The brain is the center of the nervous system, where serious neurodegenerative diseases such as Parkinson’s, Alzheimer’s and Huntington’s are products of functional loss in the neural cells (1). Typical techniques used to investigate these diseases lack precise control of the cellular surroundings, in addition to isolating the neural tissue from nutrient delivery and to creating unwanted gradients (2). This means that typical techniques used to investigate neurodegenerative diseases cannot mimic in vivo conditions, as closely as desired. We have developed a novel microfluidic system for culturing PC12 cells, neuronal cells, astrocytes cultures and brain slices. The microfluidic system provides efficient nutrient delivery, waste removal, access to oxygen, fine control over the neurochemical environment and access to modern microscopy. Additionally, the setup consists of an in vitro culturing and electrochemical sensor system that enables real time detection of metabolites, e.g. dopamine from cell cultures and brain slices. In summary we present results on culturing of brain slices and cells in the microfluidic system as well as on the incorporation of an electrochemical sensor system for characterization of exocytotic dopamine release from neural and brain cultures.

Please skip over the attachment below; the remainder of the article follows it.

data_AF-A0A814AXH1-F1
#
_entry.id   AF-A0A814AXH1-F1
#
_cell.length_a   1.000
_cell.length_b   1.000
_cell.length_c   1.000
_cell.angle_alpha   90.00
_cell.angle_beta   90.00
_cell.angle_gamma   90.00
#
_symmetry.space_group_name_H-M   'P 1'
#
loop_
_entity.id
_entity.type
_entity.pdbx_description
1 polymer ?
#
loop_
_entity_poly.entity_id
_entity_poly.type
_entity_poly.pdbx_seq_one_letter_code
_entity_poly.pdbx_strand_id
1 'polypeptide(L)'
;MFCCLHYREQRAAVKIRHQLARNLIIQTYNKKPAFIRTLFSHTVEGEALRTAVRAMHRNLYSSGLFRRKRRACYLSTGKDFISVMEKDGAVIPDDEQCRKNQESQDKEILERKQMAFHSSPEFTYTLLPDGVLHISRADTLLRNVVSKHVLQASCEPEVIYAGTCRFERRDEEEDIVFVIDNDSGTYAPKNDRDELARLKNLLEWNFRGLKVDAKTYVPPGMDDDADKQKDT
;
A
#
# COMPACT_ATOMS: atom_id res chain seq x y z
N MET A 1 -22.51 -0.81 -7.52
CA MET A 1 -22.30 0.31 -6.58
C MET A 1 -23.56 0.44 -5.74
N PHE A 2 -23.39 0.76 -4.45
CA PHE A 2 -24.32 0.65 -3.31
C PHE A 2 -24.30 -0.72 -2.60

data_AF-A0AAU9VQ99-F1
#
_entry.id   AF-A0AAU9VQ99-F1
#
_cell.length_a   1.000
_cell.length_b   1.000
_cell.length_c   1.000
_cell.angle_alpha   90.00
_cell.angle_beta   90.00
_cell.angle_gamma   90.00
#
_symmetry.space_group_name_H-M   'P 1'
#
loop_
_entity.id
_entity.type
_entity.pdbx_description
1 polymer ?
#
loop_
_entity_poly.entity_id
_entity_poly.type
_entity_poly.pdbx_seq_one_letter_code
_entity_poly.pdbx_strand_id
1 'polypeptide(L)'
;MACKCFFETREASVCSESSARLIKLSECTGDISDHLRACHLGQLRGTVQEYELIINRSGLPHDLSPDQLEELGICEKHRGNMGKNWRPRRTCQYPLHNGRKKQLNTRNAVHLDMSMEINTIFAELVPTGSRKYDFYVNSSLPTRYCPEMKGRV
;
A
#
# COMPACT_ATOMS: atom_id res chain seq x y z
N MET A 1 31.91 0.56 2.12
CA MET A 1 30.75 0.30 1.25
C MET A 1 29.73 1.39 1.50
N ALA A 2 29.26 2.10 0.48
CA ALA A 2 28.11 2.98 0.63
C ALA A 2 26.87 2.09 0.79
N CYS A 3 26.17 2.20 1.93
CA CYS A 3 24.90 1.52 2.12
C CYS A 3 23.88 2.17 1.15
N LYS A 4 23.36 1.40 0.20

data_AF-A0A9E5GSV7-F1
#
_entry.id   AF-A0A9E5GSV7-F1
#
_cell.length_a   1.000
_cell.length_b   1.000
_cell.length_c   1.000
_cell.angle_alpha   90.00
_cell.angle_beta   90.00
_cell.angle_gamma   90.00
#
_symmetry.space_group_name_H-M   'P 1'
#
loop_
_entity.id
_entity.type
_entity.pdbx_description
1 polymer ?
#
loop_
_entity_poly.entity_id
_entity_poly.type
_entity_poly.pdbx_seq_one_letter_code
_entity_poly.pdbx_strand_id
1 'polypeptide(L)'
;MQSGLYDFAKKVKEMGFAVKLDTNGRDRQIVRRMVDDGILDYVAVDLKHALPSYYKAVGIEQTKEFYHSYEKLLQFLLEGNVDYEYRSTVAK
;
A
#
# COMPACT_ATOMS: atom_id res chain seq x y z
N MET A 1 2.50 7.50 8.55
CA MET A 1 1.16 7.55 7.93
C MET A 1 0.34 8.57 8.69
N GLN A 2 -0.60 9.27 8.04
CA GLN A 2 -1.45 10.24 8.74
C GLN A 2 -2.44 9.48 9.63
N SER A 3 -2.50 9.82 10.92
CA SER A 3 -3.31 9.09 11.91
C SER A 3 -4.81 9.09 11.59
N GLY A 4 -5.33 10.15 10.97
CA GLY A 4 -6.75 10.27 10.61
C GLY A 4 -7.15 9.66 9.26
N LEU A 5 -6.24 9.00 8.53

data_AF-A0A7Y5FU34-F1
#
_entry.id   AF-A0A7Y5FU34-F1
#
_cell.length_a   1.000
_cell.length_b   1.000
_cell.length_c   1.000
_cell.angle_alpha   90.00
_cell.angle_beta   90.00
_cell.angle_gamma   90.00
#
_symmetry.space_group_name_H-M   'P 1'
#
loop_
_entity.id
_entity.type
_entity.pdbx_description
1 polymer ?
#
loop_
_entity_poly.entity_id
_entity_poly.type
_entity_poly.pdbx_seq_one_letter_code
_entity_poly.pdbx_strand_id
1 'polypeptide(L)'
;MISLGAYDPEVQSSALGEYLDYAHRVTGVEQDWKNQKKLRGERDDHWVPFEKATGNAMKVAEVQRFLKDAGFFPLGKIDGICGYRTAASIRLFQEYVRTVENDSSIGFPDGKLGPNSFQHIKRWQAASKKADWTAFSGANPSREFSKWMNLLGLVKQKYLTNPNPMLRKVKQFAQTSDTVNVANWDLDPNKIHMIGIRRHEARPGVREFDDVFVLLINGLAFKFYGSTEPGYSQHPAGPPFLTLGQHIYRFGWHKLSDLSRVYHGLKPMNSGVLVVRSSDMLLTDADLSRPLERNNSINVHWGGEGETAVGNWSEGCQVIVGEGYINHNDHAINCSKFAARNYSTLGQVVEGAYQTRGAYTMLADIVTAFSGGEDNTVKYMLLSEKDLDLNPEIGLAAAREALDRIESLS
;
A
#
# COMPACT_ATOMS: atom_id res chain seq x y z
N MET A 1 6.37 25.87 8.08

|Published - 2013
|The Gordon Research Conference on the Physics and Chemistry of Microfluidics: Challenges, Advances and New Technologies for Diagnostics - Renaissance Tuscany Il Ciocco Resort, Lucca, Italy
Duration: 9 Jun 2013 → 14 Jun 2013
|The Gordon Research Conference on the Physics and Chemistry of Microfluidics
|Renaissance Tuscany Il Ciocco Resort
|09/06/2013 → 14/06/2013